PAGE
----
The Real Story about Reading to Babies
It’s never too early to start coaxing your baby to be a book lover. Read on for tips from the pros on reading with babies big and small in ways that keep Mommy and baby engaged and entertained.
Define "Reading" Broadly
“Sometimes early reading looks a lot like chewing,” says Renea Arnold, who frequently reads to children of all ages in her role as Early Childhood Services Supervisor at the Multnomah County Library in Portland, Oregon. “Babies learn by exploring with their mouths. You can encourage this by introducing soft cloth, vinyl or board books to your little one.”
“Point to objects in the book and name them, or make noises for the animals depicted in a story,” Arnold suggests. “This will make story time more engaging for your baby, who already loves to hear your voice and watch your face. You don’t even need to read the words as they appear in the book. You can just talk about the pictures.”
Involve Your Baby
“Choosing what he would like to look at and learning to turn the pages is part of your child’s early literacy development,” says Arnold. “Give him access to books by storing them within reach, among his toys or on a low shelf; respond to his interest by imitating his responses as you’re reading; and ask him questions about the book, such as ‘Where is the duck?’ Wait before responding, and then answer for him, pointing, ‘Oh, look, there’s the duck!’”
Relax, and Have Fun!
“It’s okay if your baby crawls or moves away,” Arnold says. “She’ll still hear, and benefit from, your voice as you read.”
Soothe and Sing
“Babies love stories that soothe and are melodic in nature,” says Kevin Cordi, Ph.D., a professional storyteller and storytelling coach. “Stories should almost sound like music when being read, or told, to babies. Think in terms of helping them feel like they’re wrapped in a warm blanket during story time.”
“Babies and toddlers love sounds,” Cordi, who’s also an Assistant Professor of Storytelling at Ohio Dominican University in Columbus, Ohio, says. “Many children’s books feature words that are repeated over and over again; Try saying these words in new ways each time.” (Added benefit: this can also keep you from becoming bored with the story’s simplicity and repetition).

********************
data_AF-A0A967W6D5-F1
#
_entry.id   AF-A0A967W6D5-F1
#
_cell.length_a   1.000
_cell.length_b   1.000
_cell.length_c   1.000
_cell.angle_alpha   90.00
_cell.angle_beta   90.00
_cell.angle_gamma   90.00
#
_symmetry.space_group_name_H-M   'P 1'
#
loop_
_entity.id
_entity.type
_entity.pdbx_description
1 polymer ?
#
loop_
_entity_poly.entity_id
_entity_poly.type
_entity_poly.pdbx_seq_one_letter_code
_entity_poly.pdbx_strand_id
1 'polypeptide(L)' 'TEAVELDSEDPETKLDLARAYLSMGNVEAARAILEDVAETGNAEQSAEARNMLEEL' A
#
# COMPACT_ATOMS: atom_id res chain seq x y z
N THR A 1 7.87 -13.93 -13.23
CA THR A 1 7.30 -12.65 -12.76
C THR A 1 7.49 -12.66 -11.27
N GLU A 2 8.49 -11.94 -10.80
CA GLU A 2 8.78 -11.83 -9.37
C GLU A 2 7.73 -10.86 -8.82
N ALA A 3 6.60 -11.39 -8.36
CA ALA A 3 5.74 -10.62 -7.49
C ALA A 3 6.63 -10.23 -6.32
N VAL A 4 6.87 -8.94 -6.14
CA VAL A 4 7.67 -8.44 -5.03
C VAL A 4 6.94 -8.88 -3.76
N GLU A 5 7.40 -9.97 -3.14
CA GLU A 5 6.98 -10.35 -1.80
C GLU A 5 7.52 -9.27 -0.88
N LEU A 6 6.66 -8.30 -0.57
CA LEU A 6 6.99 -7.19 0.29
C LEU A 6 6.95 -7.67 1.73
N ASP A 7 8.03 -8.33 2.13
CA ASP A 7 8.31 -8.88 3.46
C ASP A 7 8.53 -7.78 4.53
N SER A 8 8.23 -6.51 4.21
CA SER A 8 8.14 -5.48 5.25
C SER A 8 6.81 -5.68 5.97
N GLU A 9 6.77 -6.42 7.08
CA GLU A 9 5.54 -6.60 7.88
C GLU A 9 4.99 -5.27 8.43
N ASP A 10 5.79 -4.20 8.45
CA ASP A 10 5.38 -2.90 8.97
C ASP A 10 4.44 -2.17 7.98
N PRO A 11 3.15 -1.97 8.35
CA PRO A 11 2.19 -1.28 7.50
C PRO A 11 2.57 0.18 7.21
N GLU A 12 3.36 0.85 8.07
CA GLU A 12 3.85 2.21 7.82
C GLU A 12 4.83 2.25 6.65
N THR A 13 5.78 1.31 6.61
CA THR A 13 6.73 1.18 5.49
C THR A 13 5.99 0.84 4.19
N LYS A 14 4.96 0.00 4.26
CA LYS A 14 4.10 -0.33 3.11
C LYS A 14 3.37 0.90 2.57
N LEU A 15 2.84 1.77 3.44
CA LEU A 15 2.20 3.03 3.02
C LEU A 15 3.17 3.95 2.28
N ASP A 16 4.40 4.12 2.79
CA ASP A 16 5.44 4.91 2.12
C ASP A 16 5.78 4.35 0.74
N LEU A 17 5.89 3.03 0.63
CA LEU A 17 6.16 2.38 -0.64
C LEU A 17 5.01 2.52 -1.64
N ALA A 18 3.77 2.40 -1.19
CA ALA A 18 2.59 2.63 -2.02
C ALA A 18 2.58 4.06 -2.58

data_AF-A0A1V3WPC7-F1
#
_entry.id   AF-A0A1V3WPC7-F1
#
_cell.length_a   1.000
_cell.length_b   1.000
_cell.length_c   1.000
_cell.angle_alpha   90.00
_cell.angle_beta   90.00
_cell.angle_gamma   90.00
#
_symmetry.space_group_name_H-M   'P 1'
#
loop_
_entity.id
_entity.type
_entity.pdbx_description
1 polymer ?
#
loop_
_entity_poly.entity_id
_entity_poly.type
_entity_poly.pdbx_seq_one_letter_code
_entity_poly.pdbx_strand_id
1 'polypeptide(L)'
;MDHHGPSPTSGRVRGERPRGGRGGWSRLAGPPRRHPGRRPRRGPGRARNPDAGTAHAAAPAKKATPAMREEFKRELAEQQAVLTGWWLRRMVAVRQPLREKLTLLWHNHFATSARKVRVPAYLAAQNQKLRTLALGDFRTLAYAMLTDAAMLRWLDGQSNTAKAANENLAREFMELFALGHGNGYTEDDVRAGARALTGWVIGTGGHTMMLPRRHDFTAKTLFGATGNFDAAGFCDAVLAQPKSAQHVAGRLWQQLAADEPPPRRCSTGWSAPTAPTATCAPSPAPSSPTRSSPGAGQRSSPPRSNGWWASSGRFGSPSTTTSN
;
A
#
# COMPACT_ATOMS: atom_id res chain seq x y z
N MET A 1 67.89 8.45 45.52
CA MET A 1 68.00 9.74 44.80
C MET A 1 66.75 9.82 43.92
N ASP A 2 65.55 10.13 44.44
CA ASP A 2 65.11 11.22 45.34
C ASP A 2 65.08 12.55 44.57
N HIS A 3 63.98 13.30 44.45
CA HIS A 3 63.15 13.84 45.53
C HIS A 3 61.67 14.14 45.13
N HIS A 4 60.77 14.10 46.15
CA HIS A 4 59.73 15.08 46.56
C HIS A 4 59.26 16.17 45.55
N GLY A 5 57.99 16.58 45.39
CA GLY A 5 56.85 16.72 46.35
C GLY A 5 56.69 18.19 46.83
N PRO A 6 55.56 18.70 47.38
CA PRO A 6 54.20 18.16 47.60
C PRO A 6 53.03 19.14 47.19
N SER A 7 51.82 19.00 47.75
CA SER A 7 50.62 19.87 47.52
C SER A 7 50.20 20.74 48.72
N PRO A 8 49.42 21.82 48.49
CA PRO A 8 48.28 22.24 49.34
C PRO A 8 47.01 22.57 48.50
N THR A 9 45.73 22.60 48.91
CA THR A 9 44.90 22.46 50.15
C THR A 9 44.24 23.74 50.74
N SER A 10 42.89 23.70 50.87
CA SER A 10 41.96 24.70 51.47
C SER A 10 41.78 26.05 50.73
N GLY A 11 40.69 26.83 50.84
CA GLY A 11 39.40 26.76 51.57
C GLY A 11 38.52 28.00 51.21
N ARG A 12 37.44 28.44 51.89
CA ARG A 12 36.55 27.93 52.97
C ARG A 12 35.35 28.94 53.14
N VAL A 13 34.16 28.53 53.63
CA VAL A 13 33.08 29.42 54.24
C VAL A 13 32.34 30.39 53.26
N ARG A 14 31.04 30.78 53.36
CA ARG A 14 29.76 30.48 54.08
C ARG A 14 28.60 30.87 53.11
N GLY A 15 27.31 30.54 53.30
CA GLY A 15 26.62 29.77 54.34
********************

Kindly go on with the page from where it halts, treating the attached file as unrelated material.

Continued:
Embrace, and Incorporate, Interruptions
“Older babies and toddlers will interrupt you as a sign of interest in the story,” Cordi says. “They’ll want to know, ‘What color is the Polar Bear? Can he come to my house to play? Does he like my stuffed animal?’ Let the questions be part of the story, and use the response inside the story if you can.”
Connect with Your Child
“In story sharing, it’s the connection between the reader and listener that matters,” Cordi says. “Allow toddlers to foster their imaginations by being involved in a co-creative process while reading. If you end up making up a new story together and leaving the written one behind, that’s great!”
“Young children need to be told stories that honor their age,” says Cordi. Choosing books that are too advanced may limit children’s involvement, “but a simple story invites toddlers to join in with you.”
Find Your Best Time
“Have your reading sessions at a time of day that works well for both of you,” suggests Tessa Strickland, Co-founder and Editor in Chief of Barefoot Books, a children’s book publishing company with a focus on art and story. “The best time for reading is when you’re both not overly tired, but not too restless either.”
Forget Your Stage Fright
“Set aside anxieties about how well you do or don’t read; what matters is the shared experience,” Strickland says. “This is not about performance; it’s about bonding with your child. Enjoy reading together!”